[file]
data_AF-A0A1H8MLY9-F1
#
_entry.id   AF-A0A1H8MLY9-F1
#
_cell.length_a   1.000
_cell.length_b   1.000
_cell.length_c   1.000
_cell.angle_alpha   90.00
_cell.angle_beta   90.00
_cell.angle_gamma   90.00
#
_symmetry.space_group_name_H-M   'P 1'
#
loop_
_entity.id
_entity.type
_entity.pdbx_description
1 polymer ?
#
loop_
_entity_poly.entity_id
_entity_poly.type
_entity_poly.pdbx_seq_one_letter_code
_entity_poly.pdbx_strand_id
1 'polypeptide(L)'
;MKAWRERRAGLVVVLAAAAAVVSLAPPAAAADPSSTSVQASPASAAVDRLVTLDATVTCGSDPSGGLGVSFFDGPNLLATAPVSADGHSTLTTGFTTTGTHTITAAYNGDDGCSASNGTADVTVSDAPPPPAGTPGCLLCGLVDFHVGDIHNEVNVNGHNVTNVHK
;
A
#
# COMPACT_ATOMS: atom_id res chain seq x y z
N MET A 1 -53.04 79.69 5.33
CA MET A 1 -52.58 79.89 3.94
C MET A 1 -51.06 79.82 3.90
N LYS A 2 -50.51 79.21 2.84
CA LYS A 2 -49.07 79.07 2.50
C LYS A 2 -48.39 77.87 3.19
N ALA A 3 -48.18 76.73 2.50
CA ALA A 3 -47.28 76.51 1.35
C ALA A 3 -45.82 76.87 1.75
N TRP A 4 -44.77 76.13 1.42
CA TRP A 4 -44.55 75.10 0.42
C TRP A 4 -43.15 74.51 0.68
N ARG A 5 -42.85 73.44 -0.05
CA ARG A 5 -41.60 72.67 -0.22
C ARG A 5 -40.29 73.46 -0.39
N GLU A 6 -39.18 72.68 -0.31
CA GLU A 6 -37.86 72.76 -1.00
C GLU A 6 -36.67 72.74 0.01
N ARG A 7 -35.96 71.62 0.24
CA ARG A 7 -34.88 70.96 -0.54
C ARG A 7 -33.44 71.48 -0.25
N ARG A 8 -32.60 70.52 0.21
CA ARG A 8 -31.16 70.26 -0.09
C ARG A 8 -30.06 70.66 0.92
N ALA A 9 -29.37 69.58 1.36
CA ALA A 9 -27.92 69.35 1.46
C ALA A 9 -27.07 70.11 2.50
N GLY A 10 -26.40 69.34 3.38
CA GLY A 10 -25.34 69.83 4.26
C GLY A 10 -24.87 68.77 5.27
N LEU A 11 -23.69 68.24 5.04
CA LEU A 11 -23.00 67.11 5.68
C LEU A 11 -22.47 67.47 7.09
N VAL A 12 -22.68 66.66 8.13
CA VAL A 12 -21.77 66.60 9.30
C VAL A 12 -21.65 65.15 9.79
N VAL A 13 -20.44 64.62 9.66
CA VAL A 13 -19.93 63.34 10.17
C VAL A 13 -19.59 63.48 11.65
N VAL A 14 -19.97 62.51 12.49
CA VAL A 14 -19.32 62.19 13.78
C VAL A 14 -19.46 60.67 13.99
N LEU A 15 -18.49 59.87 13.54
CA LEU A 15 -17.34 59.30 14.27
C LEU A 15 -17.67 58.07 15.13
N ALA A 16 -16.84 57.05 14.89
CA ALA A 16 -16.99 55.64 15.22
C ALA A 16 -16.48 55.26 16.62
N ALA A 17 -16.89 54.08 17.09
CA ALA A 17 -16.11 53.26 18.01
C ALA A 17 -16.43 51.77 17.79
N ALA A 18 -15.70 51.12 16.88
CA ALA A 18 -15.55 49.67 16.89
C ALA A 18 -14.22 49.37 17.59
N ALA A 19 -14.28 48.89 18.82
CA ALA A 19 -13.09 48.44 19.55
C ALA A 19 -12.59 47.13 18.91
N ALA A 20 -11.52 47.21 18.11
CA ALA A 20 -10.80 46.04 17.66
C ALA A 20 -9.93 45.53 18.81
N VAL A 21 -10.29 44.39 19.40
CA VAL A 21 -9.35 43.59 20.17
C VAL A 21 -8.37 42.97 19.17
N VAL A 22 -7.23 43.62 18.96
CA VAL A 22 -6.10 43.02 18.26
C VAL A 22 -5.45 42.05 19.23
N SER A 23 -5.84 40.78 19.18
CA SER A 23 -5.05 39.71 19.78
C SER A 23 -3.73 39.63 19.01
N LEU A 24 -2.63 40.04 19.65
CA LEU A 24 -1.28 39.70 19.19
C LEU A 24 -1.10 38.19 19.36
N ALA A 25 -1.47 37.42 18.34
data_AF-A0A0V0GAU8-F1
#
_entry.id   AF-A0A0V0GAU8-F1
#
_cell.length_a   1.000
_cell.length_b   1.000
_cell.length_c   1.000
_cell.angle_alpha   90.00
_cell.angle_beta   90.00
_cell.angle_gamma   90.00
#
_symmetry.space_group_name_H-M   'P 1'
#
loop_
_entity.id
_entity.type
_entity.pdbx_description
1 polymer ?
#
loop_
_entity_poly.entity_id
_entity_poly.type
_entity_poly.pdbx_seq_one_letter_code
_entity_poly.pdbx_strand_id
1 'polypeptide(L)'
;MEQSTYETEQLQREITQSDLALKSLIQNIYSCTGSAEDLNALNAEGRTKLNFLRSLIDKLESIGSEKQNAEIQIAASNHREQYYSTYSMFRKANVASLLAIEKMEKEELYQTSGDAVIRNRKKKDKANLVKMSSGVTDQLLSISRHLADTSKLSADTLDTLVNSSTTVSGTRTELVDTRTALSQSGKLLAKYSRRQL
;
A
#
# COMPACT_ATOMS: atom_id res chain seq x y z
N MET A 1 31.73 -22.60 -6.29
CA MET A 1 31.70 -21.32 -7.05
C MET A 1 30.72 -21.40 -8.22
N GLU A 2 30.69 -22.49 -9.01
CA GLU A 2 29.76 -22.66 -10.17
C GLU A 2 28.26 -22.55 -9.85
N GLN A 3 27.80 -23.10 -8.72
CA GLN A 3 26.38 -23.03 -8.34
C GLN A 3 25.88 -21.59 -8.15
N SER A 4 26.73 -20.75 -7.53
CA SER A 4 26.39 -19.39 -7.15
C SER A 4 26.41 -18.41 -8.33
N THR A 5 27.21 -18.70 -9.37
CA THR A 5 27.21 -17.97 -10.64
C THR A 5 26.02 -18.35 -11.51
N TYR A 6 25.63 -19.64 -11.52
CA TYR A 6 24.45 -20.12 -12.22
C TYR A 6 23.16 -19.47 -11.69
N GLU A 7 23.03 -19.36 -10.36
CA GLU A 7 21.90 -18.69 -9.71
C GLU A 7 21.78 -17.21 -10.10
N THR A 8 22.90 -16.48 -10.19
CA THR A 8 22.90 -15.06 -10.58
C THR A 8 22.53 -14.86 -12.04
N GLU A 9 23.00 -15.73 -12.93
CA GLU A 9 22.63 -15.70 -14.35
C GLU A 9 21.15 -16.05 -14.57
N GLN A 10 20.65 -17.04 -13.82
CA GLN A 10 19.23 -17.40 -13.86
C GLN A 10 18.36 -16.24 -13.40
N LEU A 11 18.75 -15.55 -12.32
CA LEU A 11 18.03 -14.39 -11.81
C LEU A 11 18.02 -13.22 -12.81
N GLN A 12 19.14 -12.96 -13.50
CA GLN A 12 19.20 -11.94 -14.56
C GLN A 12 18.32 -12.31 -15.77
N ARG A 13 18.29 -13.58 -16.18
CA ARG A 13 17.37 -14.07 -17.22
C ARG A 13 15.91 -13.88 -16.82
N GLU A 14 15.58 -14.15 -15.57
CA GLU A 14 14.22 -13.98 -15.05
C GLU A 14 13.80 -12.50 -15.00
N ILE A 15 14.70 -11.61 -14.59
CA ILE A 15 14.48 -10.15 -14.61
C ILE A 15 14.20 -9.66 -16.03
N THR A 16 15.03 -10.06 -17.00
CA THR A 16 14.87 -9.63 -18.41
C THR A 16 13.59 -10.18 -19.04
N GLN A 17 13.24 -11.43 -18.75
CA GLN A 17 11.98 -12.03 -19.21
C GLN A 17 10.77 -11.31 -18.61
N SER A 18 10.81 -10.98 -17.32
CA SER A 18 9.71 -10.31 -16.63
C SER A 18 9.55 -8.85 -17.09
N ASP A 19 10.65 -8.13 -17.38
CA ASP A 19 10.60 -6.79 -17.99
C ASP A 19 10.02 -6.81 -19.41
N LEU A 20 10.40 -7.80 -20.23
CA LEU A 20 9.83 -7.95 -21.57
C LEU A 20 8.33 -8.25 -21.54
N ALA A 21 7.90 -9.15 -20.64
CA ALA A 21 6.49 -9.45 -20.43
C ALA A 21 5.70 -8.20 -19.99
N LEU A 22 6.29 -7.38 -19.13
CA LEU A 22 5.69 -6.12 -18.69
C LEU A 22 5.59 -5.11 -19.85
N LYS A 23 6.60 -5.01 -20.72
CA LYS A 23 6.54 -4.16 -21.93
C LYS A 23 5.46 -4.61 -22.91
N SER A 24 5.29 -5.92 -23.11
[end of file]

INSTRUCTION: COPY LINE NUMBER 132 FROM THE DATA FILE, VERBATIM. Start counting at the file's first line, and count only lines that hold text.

#